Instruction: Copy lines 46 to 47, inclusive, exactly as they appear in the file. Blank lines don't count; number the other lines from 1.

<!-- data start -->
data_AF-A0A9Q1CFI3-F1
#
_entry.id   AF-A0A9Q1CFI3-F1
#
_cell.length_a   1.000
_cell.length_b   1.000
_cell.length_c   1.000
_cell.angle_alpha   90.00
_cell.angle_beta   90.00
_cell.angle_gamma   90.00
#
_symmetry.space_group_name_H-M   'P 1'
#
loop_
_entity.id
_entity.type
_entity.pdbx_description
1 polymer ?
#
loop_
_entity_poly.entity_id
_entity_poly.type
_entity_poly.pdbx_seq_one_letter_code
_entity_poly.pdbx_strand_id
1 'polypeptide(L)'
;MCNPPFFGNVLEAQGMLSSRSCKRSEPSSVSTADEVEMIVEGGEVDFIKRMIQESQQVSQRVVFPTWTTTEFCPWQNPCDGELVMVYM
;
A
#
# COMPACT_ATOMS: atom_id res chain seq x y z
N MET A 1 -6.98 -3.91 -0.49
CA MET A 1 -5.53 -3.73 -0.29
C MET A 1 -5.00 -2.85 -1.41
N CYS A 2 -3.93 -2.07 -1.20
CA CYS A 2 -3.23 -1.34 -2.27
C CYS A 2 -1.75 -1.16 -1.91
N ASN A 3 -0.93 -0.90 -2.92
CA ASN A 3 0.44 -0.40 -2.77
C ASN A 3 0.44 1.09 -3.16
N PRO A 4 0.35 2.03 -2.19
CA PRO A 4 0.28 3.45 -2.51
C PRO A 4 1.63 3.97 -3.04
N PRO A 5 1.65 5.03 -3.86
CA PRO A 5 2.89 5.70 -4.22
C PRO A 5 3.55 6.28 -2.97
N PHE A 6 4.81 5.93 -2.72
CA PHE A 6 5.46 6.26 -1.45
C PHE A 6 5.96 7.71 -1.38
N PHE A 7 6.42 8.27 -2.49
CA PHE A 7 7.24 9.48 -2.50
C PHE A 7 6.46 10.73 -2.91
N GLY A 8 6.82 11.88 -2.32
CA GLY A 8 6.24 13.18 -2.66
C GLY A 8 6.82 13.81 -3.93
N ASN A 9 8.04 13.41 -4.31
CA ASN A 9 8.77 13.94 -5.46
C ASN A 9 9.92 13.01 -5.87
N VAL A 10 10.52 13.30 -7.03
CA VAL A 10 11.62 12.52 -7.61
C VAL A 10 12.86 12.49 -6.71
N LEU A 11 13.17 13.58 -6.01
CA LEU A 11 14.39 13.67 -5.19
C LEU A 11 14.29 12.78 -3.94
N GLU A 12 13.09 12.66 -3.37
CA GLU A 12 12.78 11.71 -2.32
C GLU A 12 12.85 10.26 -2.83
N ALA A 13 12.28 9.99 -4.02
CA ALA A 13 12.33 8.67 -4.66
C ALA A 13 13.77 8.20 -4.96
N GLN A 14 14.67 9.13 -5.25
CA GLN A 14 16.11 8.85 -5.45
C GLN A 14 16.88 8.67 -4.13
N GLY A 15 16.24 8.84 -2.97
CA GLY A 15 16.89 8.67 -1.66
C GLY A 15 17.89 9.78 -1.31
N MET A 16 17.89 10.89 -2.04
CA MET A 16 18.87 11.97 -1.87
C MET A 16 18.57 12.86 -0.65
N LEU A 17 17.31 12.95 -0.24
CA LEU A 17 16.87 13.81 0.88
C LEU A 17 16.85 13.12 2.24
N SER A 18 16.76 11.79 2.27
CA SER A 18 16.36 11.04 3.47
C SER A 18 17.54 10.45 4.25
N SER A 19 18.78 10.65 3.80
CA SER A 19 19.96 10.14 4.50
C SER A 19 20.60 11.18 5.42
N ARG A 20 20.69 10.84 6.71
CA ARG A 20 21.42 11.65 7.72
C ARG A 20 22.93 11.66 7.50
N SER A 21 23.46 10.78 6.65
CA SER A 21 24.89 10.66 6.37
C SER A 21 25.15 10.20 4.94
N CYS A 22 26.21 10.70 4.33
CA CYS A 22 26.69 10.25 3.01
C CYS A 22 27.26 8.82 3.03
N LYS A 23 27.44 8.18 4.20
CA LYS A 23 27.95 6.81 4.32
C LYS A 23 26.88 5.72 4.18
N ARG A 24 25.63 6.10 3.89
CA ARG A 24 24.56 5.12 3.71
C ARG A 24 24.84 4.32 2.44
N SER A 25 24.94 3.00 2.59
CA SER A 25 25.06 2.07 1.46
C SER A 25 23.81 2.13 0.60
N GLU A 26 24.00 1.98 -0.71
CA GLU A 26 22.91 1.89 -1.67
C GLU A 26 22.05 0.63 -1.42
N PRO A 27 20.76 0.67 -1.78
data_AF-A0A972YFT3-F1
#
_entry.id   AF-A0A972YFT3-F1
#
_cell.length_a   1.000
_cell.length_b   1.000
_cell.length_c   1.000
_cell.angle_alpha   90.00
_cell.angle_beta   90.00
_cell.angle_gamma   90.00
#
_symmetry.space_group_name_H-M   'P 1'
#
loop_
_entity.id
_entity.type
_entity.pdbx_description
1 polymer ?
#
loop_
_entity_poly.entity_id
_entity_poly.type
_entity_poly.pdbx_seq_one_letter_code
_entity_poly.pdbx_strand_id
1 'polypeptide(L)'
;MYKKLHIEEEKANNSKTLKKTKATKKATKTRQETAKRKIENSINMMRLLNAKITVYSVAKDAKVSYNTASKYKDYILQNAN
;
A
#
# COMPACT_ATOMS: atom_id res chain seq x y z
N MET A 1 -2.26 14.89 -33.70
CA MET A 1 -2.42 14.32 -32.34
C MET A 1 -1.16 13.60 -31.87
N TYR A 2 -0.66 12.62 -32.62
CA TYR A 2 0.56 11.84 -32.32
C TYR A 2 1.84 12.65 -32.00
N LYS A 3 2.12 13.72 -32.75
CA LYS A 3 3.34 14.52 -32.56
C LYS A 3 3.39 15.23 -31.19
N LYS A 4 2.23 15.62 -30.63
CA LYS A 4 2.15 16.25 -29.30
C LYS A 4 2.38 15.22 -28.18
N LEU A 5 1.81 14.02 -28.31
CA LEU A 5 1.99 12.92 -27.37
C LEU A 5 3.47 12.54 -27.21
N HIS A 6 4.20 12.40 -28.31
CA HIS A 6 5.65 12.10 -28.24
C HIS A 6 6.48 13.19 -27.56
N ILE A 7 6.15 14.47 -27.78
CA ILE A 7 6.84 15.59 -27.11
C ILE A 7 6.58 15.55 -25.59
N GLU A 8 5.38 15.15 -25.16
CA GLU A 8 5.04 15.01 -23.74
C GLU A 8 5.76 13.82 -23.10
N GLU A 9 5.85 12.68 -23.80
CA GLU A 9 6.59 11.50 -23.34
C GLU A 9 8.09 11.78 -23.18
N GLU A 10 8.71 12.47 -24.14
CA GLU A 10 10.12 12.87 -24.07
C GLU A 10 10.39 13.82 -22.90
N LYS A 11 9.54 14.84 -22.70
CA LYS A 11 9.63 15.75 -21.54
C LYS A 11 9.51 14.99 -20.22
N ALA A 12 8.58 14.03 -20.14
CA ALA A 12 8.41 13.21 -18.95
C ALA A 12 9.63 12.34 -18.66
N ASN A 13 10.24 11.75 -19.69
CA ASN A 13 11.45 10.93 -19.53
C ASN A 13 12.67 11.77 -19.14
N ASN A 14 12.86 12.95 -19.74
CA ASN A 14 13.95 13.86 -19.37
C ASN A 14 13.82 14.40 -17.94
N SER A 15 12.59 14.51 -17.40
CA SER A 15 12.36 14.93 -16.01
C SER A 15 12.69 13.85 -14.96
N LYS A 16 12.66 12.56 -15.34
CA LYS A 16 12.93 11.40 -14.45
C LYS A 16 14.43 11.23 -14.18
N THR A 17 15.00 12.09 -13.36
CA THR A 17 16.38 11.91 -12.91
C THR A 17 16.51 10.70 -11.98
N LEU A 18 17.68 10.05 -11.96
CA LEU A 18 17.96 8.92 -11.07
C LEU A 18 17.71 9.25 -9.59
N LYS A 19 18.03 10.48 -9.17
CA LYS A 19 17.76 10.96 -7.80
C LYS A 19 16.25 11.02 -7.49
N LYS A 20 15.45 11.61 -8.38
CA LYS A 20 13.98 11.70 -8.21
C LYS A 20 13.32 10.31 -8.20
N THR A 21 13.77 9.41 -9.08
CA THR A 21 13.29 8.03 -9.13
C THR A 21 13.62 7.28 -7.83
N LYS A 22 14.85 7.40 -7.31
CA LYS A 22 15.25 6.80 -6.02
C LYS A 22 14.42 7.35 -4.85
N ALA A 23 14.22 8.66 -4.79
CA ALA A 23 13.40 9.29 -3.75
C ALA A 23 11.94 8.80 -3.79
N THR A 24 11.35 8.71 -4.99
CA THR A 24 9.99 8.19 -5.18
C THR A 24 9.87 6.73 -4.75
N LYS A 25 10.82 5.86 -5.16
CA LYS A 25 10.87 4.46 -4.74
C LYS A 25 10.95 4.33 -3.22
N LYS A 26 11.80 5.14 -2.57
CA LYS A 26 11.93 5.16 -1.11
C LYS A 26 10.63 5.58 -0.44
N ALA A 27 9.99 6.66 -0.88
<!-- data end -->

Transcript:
N PHE A 6 4.81 5.93 -2.72
CA PHE A 6 5.46 6.26 -1.45